At least that’s the argument that drove my friend and former colleague Max Zimbert to create a new blog dedicated to translating Friedman’s latest book, “That Used To Be Us: How America Fell Behind in the World it Invented and How We Can Come Back.”
In “That Used to be Us,” Friedman and co-author Michael Mandelbaum argue that if Americans don’t find a way to fix four major challenges — globalization, the information technology revolution, major government deficits and a pattern of excessive energy consumption — future generations could miss out on the so-called American dream, according to the book’s product description on Amazon.com.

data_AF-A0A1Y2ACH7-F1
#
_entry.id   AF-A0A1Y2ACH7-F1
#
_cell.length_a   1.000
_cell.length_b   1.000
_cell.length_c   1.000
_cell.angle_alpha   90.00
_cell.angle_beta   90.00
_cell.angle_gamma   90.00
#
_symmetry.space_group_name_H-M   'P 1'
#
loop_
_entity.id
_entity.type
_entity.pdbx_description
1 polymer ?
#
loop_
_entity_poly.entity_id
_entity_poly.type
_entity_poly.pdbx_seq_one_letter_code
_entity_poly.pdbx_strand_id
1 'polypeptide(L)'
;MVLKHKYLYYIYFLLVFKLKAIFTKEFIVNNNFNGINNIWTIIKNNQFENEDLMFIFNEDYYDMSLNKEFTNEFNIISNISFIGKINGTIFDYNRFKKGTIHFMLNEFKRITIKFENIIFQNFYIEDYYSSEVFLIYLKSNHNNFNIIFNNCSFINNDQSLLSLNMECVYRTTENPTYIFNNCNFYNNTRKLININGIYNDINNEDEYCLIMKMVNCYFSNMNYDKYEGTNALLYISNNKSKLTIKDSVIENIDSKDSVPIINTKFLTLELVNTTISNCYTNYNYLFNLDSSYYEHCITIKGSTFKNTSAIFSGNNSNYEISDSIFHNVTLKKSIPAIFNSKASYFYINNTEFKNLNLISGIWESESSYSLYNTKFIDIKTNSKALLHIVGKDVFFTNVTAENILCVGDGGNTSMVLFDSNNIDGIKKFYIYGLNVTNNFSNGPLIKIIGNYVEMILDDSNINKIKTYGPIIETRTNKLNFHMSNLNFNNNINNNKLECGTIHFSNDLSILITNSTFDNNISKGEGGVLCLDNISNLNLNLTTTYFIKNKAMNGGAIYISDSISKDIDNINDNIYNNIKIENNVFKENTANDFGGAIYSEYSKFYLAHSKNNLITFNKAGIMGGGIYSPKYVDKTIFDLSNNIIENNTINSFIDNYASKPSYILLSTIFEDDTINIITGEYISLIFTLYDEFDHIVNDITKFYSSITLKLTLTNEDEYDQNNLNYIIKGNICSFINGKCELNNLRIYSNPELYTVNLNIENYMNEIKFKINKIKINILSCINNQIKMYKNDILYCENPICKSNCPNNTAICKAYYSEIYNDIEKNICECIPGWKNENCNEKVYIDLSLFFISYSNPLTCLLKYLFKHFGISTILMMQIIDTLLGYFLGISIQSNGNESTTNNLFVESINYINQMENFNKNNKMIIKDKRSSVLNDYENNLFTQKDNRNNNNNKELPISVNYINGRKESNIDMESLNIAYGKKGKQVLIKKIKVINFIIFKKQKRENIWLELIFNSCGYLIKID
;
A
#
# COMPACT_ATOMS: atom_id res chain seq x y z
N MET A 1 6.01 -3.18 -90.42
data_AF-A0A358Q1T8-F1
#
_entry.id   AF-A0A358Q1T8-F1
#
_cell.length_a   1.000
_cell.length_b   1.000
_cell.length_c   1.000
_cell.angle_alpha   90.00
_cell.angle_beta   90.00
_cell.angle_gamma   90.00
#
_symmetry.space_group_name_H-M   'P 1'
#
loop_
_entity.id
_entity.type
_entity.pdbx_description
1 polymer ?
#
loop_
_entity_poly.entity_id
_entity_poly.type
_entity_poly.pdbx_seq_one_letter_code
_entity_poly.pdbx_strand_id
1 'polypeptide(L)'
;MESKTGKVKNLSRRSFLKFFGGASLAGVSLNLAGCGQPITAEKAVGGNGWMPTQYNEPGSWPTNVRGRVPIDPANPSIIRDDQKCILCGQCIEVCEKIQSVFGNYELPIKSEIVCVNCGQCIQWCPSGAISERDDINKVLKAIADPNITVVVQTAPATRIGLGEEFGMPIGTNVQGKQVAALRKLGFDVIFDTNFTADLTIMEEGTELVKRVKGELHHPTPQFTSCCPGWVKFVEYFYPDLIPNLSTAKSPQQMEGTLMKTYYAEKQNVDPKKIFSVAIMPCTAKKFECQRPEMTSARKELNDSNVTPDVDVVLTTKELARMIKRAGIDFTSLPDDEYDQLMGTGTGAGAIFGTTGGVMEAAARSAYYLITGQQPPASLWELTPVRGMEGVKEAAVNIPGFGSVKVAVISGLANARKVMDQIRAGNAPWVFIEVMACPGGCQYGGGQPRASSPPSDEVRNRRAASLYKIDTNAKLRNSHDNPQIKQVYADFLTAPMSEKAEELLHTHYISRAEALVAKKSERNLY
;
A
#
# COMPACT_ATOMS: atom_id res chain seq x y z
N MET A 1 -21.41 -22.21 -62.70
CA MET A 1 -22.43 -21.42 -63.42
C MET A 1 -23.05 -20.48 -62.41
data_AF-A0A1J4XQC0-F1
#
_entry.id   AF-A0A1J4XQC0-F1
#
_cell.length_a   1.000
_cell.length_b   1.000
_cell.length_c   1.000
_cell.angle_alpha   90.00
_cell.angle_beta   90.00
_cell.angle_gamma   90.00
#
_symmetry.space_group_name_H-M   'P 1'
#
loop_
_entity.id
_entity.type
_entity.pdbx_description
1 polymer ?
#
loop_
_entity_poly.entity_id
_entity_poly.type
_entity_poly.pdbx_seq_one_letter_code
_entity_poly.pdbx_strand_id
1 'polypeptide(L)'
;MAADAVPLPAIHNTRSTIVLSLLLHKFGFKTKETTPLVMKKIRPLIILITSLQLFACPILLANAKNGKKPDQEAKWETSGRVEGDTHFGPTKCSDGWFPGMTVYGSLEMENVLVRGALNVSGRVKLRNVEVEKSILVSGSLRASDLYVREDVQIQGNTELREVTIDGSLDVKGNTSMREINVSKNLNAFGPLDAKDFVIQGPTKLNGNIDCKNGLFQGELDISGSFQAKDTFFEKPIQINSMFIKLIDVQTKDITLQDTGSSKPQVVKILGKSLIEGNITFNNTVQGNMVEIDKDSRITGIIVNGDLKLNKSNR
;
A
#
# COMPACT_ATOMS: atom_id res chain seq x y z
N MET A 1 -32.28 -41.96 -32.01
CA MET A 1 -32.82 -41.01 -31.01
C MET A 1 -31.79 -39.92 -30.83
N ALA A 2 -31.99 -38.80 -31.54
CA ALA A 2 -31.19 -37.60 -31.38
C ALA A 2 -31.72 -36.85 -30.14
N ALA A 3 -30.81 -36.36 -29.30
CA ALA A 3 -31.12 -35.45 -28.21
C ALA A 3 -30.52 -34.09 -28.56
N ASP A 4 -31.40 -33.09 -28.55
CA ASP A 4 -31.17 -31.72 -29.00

“Faced with era-defining challenges, the country has responded with all the vigor and determination of a lollipop,” he wrote, according to the Wall Street Journal review.
Enter my friend Max.
“I like Tom Friedman’s books and I think society benefits from the service he provides,” he told me in an e-mail. “But like so many of the elite influencers today, they write and report for an existing audience.”
“They don’t write for the upcoming generation or to activate and inform new audiences. The book’s title crystallizes that. “That Used To Be Us” is a Boomer mentality. That’s fine for Friedman and his publishers, but not fine enough.”
At thatusedtobeus.wordpress.com, Max is attempting what he calls an “experiment in live-blogging” with the goal of translating Friedman’s arguments for 20-somethings.
“My feeling is we would benefit more if Friedman’s brand of intellectualism, global capitalism, American culture and hyperbole could resonate with the upcoming generation,” he said, “the individuals who will inherit and hopefully resolve the book’s subtitle “How America Fell Behind In the World It Invented and How We Can Come Back.”